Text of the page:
BALTIMORE – The NFL has been under scrutiny for its handling of concussions in recent years, but fans remain loyal: On Thursday the Ravens take on the Pittsburgh Steelers in the first Thanksgiving Day installment of one of the league’s best rivalries.
Throughout their respective histories, both teams have been known for hard-hitting defense. In the 17 years of the Ravens’ existence, the two teams have combined for six Defensive Player of Year awards and six finishes as the NFL’s No. 1 defense in terms of points allowed. If two teams were to epitomize the aggressiveness and toughness of football it may just be the Ravens and Steelers.
But Pittsburgh is also the team that takes center stage in a recent PBS Frontline documentary called “League of Denial,” about the dangers of concussions.
Former Steelers center, Mike Webster, was the first NFL player to be diagnosed
with a disease called chronic traumatic encephalopathy after his death in 2002.
The disease is believed to have come from the repeated blows to the head Webster sustained throughout his football career. That same year, the University of Pittsburgh Medical Center developed the ImPACT baseline concussion test at the request of the Steelers’ front office.
“League of Denial” tells the story of doctors who contradicted the NFL’s laid-back attitude toward concussions, although their research was largely ignored by the league.
When the documentary aired, Dr. Kevin Crutchfield, the independent neurological
consultant for the Baltimore Ravens, said he was not surprised by what he saw.
Crutchfield, who serves on the NFL Players Association’s concussion and
traumatic brain injury committee and is a concussion expert with LifeBridge Health in Baltimore, said, “I’ve known about all that information for some time.”
Crutchfield said his position with the Ravens was created for all 32 NFL teams after the league went before Congress in 2009 and was compared to tobacco companies because of its denial of a serious health problem in its business.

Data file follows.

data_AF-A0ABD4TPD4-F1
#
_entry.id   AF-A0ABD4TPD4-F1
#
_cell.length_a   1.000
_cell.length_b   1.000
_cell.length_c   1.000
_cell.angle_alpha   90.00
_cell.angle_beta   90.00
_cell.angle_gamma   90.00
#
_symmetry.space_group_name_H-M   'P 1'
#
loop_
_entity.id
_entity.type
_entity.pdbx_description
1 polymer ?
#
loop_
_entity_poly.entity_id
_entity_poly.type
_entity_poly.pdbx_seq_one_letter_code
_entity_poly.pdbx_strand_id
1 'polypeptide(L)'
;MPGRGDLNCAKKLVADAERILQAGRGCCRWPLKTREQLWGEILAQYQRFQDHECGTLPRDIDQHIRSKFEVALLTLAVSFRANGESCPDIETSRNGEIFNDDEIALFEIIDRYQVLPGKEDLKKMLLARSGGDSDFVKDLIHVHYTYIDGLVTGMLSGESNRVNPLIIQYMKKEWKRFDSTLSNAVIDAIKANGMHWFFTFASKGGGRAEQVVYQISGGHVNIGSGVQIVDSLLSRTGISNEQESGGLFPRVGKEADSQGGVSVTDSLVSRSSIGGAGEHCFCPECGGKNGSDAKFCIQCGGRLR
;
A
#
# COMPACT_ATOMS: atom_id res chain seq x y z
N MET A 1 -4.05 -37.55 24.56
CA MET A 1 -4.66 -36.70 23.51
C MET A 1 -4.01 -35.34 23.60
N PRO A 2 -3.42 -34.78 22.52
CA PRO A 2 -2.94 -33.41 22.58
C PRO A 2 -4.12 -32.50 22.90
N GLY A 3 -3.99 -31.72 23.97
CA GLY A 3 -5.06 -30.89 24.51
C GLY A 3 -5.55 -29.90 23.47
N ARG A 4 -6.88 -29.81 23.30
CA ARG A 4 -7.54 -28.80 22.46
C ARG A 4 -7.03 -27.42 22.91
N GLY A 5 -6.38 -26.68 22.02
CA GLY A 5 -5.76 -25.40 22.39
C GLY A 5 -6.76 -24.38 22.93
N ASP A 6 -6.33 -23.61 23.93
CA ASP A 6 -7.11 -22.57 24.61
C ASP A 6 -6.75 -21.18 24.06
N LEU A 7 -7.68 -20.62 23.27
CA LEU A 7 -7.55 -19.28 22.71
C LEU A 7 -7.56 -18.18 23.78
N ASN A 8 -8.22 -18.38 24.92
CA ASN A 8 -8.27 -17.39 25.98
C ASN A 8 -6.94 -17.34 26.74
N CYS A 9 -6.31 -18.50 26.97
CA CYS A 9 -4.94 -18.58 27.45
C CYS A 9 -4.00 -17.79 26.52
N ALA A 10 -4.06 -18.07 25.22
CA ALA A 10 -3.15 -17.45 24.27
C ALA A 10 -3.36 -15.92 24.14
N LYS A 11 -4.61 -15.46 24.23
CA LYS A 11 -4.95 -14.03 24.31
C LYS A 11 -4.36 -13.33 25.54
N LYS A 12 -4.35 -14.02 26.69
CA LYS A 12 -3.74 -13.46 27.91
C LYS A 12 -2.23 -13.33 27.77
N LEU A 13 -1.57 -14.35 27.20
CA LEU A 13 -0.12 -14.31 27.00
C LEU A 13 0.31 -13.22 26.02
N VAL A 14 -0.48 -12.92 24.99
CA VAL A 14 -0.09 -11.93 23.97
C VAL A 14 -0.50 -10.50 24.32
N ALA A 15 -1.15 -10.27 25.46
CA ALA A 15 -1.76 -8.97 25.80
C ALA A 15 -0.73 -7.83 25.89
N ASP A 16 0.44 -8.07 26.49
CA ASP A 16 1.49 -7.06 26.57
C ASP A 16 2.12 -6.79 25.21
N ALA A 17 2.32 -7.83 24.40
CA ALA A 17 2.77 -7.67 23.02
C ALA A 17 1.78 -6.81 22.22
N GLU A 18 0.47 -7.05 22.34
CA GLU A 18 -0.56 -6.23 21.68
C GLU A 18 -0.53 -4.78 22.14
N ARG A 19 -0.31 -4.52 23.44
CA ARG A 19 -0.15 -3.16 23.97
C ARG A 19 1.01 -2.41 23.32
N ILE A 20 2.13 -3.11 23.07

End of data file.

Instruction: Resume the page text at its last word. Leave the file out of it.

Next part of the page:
Crutchfield emphasized that he is completely independent from the Ravens’
management, and doesn’t deal directly with any team staff except for the players who come to see him for an unbiased opinion on their head injuries.
According to Crutchfield, the creation of his role with the Ravens came shortly after the Congressional hearing. It was part of a series of quick changes in the NFL’s stance on concussions. The league began to acknowledge the connection between head injuries sustained in football and long-term neurological problems.
It gave $1 million to Boston University’s chronic traumatic encephalopathy research, and offered to provide researchers with brains of deceased players.
“I think certainly the NFL has helped raise awareness about concussions in the last several years,” said Stacy Suskauer, the director of Brain Injury Rehabilitation Programs at the Kennedy Krieger Institute in Baltimore. “They are talking about it a lot more, and that helps parents and athletes be more aware.”
Others, like Amy Knappen, the program advisor of HeadFirst Sports Injury and Concussion Care located throughout Maryland, remain skeptical.
“I would say some of it is just reputation management right now on their part,” Knappen said. “I don’t know the sincerity.
“I think they’re frightened … we’re seeing the number of kids playing in rec-league football decline substantially … just in County we’ve had reports of a 20 percent decline in kids wanting to play,” Knappen said.
Whether or not Crutchfield’s roles with the NFL started as reputation management in the league’s eyes, he feels he has gotten through to some players, saying he’s noticed a shift in attitudes since he began serving on the NFL Players Association’s concussion and traumatic brain injury committee in 2010.
“My first two years … the active players I would talk to would say to me ‘…Just give us the information, and we’ll make our own decisions,’” Crutchfield said. “Last year, there was an 180-degree turn and the players are now saying, ‘We now realize, the more we’re educated on this, that we don’t know enough to protect ourselves … you as the medical community need to step in and help protect us from ourselves.’”